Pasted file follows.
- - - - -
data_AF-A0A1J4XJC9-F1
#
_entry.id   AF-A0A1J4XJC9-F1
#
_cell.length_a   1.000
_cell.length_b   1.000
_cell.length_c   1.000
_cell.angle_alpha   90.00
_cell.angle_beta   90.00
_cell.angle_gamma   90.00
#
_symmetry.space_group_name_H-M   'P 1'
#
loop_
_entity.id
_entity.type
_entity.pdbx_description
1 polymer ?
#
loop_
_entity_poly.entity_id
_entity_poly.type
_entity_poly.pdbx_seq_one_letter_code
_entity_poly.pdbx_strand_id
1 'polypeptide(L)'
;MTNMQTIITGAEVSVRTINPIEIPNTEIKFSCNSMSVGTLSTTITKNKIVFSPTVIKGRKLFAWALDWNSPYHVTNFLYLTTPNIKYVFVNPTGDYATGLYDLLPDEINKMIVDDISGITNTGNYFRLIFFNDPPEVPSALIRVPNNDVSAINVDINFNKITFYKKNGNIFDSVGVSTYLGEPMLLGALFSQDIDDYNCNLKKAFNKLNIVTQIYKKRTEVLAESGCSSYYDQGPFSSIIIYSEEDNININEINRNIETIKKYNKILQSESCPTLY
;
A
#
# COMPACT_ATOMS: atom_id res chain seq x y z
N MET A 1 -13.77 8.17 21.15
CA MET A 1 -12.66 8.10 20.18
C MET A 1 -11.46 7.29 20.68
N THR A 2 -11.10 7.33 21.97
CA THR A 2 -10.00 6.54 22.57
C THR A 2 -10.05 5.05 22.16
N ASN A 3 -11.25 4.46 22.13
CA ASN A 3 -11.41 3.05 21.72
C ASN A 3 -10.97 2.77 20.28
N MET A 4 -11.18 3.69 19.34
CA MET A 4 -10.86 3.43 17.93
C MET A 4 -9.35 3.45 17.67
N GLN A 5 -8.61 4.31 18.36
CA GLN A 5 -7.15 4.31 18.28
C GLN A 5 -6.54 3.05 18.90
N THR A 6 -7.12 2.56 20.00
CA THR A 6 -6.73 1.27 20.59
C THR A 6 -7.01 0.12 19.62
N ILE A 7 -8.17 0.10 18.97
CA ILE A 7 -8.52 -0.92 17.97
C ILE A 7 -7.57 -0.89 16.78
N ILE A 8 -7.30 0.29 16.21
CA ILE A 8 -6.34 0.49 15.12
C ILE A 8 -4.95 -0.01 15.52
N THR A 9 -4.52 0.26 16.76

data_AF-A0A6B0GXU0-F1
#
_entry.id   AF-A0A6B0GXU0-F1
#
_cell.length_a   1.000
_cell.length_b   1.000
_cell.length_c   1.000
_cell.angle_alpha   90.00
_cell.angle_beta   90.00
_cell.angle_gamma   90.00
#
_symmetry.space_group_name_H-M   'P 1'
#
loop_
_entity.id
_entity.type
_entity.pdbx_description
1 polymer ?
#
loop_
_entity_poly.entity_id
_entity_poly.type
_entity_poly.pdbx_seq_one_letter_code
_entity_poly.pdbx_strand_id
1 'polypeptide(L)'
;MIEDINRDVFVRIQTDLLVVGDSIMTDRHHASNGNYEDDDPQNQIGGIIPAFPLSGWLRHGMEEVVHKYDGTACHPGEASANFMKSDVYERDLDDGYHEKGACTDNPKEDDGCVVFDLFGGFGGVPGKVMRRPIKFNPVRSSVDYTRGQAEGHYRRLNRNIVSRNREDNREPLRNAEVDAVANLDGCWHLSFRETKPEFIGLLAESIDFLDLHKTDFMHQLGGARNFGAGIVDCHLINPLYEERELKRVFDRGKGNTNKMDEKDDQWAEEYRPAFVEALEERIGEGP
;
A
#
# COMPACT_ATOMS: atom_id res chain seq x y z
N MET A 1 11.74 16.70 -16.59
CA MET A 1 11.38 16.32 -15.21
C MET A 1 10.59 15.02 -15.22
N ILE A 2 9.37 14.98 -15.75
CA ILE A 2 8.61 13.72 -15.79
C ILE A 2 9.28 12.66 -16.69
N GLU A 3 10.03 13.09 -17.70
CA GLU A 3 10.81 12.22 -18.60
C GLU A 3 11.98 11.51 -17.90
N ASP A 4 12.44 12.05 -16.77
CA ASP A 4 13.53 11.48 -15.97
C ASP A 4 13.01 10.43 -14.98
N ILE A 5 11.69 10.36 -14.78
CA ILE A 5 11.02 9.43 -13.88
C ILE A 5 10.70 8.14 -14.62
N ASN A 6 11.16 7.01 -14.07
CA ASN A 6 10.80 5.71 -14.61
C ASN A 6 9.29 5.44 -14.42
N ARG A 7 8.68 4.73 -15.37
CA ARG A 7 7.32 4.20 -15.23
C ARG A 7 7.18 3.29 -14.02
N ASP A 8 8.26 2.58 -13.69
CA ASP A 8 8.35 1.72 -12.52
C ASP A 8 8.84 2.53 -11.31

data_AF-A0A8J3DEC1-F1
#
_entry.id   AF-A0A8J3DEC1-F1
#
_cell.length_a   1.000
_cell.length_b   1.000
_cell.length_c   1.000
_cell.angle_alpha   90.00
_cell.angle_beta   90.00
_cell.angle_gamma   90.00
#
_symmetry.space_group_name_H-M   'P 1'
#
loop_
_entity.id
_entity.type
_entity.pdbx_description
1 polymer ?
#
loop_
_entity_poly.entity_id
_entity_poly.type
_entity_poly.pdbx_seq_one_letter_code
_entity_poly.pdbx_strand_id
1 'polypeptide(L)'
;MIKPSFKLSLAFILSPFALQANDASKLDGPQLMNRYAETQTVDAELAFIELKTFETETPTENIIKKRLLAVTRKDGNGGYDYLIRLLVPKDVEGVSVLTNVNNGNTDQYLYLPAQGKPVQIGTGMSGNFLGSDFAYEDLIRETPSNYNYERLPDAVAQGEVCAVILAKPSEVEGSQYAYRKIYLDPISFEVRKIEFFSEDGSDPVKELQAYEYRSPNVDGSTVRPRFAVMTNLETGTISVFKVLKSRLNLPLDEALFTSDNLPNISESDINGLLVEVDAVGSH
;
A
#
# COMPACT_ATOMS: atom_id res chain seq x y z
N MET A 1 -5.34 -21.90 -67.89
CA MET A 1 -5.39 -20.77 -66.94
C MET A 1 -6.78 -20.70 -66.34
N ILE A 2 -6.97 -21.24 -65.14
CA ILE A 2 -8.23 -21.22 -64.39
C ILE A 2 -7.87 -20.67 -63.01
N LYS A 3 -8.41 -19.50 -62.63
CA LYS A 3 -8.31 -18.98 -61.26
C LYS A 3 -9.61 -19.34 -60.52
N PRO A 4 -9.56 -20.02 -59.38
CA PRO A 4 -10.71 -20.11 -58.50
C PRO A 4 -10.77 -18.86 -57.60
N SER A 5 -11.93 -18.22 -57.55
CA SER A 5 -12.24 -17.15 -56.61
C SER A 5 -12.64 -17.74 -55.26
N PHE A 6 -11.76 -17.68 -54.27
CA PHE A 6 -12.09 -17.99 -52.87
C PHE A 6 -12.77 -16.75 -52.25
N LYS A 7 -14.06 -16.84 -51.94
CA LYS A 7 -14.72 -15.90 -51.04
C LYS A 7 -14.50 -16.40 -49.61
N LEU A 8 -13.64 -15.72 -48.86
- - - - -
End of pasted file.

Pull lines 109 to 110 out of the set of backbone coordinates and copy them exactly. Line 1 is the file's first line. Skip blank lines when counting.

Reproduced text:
C ASP A 8 8.84 2.53 -11.31

data_AF-A0A8J3DEC1-F1